As a depression counselor, I have treated many patients whose depression symptoms ranged from mild to severe and debilitating. For those patients, and for those who love them, dealing with the symptoms of depression is an ongoing struggle; and, because the human brain is still one of the great unknowns of biology and psychology, part of the struggle of living with depression is not being able to get the answers they need about their condition. If you are living with some type of depression, here are few answers to some of the questions you may have:
1 – Is Depression Caused By A Chemical Imbalance?
The biology of depression is too complex to be attributed to one cause. To be sure, brain chemicals are involved in patients who are depressed; however, chemicals are involved in every type of human emotion. According to Harvard Medical School, depression doesn’t happen simply because there is too much or too little of one type of brain chemical; depression is the result of multiple possible causes that can include genetic vulnerability, stress, health problems, medications and faulty mood regulation by the brain.
2 – Is Depression Hereditary?
A recent study has found that there may possibly be a genetic link between family members who have some form of depression. Even with this biological link, though, there must still be other factors involved in the development of depression, which is where the environmental influence of living with or knowing about someone in your family who suffers from depression comes in. As with all life attitudes and behavioral habits we learn from those around us, depression, as a way of seeing and behaving, can be passed on.
3 – Are Antidepressants A Replacement For Therapy?
No two patients are alike. For some, seeing a depression counselor regularly for treatment can make a significant difference. For others who either can’t or don’t want to seek counseling, antidepressant medications may be the answer. There are also patients who want to pursue a two-pronged approach to treatment that includes both therapy and medication.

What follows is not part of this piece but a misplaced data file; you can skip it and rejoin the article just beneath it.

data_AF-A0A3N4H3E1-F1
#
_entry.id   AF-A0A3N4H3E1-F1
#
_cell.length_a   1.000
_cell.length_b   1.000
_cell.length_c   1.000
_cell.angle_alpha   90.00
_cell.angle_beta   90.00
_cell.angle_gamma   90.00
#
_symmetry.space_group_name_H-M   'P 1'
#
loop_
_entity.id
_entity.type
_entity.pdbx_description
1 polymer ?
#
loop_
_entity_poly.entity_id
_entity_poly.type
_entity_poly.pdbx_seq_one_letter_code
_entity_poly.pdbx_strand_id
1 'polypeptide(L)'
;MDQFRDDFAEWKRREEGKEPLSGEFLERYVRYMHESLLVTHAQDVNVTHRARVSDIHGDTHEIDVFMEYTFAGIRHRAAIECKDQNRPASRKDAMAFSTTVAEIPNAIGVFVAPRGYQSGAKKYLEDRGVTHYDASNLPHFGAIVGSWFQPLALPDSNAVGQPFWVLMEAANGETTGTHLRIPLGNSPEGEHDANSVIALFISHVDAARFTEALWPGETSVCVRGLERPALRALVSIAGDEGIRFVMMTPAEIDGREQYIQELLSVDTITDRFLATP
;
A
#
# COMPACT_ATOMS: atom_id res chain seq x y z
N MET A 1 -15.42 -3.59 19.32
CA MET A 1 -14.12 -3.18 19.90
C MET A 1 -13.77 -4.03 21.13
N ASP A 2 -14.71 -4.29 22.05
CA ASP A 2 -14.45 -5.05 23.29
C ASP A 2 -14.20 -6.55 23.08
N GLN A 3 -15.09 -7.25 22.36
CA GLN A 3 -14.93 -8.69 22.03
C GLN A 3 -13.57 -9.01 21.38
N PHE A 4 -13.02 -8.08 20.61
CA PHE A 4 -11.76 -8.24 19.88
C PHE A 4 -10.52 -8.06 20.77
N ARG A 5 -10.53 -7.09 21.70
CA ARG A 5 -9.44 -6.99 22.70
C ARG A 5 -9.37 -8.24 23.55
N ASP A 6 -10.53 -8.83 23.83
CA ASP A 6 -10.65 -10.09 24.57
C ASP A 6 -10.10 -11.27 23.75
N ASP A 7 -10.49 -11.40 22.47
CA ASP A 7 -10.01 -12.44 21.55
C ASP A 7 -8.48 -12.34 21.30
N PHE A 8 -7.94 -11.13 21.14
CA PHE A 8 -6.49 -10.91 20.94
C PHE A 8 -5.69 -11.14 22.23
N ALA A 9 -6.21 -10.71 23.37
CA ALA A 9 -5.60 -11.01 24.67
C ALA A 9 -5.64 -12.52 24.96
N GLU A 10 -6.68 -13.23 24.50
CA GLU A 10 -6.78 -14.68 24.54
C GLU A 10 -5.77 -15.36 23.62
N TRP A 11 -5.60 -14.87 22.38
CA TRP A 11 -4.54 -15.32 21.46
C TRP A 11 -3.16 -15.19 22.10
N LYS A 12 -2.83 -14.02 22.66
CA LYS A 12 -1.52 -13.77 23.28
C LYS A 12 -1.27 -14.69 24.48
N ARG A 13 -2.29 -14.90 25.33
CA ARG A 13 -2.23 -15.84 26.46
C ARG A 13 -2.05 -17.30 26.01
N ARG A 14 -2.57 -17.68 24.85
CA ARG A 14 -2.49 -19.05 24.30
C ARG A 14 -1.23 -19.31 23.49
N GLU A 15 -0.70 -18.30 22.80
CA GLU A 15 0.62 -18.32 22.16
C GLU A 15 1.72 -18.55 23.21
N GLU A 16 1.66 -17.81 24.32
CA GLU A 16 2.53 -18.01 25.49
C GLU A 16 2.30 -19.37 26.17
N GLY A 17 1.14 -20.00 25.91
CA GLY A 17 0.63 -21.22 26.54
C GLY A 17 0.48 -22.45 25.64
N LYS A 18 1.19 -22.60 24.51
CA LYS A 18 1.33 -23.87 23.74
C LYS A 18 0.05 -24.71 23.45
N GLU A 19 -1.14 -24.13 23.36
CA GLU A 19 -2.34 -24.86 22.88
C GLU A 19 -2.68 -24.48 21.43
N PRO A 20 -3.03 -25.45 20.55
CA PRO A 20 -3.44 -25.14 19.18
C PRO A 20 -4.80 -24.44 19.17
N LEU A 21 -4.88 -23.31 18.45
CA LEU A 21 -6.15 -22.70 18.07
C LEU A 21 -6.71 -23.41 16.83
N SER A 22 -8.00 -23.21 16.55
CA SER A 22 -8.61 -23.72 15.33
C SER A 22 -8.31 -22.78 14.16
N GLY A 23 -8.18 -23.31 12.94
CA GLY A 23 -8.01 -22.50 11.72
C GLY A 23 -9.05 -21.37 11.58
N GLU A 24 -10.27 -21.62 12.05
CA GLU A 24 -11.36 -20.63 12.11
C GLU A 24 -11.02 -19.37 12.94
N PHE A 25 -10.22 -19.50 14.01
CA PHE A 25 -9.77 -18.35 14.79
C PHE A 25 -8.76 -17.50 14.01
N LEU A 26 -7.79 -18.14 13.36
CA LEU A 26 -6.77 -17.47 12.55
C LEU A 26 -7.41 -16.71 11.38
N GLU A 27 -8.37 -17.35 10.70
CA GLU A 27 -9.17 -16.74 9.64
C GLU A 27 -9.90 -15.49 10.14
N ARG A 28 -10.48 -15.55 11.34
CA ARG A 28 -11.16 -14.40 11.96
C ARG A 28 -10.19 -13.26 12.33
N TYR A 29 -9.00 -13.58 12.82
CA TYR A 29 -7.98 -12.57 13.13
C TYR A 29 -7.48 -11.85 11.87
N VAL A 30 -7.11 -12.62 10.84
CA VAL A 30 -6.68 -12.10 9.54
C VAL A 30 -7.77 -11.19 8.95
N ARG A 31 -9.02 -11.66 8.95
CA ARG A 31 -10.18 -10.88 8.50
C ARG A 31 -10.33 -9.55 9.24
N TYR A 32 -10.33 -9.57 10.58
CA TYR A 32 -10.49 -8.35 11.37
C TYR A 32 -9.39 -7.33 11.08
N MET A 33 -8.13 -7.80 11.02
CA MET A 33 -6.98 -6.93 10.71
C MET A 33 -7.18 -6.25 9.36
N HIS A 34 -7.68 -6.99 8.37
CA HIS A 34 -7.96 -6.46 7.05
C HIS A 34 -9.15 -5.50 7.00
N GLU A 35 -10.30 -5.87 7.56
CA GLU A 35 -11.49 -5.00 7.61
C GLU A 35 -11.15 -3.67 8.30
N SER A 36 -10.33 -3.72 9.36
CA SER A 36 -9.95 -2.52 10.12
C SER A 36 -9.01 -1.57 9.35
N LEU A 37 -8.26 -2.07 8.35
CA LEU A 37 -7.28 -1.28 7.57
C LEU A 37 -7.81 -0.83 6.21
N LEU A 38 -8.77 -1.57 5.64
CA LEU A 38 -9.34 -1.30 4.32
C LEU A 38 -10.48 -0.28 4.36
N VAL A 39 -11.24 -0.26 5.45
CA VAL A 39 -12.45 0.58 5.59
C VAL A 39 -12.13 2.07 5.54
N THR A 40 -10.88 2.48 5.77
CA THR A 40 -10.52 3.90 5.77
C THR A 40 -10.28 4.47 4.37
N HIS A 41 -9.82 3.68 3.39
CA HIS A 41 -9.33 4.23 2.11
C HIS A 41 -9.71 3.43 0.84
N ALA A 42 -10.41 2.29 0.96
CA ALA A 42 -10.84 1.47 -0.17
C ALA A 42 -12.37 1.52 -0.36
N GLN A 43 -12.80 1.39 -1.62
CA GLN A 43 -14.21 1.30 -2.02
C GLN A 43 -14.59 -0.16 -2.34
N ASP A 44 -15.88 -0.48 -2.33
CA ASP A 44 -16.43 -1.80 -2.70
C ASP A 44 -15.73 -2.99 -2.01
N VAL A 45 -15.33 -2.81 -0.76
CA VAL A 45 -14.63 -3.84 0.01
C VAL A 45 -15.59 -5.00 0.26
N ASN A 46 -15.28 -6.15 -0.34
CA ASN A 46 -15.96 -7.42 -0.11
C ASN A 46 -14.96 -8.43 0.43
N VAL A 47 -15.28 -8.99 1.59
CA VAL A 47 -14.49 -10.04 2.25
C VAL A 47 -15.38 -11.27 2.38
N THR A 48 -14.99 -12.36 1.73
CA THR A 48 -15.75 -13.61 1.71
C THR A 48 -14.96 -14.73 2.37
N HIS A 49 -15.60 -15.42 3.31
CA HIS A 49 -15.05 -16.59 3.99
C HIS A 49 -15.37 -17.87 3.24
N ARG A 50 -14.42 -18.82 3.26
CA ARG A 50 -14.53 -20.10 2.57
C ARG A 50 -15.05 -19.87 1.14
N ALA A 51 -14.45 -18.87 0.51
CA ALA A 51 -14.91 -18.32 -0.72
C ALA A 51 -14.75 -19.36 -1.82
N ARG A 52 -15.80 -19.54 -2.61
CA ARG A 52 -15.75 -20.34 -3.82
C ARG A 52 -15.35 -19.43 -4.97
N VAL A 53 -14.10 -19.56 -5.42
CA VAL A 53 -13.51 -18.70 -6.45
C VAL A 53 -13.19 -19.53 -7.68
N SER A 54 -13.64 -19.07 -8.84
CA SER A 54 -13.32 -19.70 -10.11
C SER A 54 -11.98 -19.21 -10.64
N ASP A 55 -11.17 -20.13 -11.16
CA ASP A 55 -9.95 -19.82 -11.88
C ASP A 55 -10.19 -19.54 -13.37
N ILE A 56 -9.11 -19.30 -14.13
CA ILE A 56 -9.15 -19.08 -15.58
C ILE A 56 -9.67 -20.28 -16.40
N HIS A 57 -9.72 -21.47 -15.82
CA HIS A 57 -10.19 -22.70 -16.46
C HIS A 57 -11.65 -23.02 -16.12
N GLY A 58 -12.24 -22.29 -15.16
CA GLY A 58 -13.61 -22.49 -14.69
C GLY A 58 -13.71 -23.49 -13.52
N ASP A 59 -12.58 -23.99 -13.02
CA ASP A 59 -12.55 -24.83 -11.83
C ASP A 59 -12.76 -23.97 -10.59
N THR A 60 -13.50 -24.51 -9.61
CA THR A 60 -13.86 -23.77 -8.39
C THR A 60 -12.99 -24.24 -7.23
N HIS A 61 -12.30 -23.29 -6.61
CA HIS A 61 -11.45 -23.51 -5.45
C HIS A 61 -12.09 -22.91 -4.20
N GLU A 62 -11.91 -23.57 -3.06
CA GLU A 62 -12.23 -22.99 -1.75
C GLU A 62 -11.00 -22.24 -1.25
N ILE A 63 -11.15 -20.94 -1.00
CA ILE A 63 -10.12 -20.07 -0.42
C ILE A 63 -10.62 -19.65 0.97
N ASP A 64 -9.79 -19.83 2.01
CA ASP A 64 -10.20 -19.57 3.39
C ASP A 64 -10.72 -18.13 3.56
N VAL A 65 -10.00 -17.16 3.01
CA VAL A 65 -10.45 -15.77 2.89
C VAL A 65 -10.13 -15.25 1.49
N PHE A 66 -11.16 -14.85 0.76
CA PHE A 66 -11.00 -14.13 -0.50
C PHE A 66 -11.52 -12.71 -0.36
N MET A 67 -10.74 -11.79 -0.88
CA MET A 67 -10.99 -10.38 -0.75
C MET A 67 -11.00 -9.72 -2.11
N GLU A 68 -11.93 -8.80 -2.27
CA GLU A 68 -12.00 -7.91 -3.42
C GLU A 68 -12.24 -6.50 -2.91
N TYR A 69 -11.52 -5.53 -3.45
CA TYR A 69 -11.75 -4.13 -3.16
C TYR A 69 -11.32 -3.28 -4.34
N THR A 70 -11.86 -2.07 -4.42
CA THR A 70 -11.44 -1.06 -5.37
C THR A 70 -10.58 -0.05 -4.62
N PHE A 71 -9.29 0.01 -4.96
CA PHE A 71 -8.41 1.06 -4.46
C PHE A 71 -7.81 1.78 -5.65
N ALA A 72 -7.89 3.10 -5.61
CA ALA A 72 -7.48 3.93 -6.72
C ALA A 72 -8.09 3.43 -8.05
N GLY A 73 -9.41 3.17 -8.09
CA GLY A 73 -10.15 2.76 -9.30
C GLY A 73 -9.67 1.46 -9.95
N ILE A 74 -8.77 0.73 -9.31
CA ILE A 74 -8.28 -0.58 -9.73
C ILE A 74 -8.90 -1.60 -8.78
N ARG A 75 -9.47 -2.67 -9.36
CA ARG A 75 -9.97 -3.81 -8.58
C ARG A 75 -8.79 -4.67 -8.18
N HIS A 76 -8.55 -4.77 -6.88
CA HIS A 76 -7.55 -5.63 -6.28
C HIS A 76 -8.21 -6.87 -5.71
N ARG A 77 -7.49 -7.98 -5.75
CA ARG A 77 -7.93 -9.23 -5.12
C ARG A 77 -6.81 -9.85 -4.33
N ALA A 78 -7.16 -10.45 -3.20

4 – Are There Physical Changes That Go Along With Depression?
Though depression isn’t wholly caused by a chemical imbalance, it can actually trigger a chemical imbalance. Depressed people usually have increased levels of two stress hormones – cortisol and noradrenaline. These hormones cause anxiety and agitation that can lead eventually to exhaustion and chronic fatigue. In addition, appetite and sleep changes can occur that can lead to a variety of other physical maladies like dizziness, obesity and headaches.
5 – How Long Does Depression Last?
The average bout of depression, if left untreated, lasts on average about 8 months. During this time that a patient is dealing with depression, it will likely feel as if the depression will never end; but this is a classic feature of the way depression makes us think. Though 8 months is the average, depending on the severity of the depression, bouts can last days, weeks, months or even years. The right treatment that includes counseling by a qualified professional can significantly shorten the length of time that a patient suffers with depressive symptoms.
Learn more about depression and treatment by making an appointment with a depression counselor. Call me, Jody VanDrimmelen, at Insight Child & Family Counseling at (972) 426-9500 for a consultation. You can also find out more about my services by visiting me online at www.ldscounselordfw.com.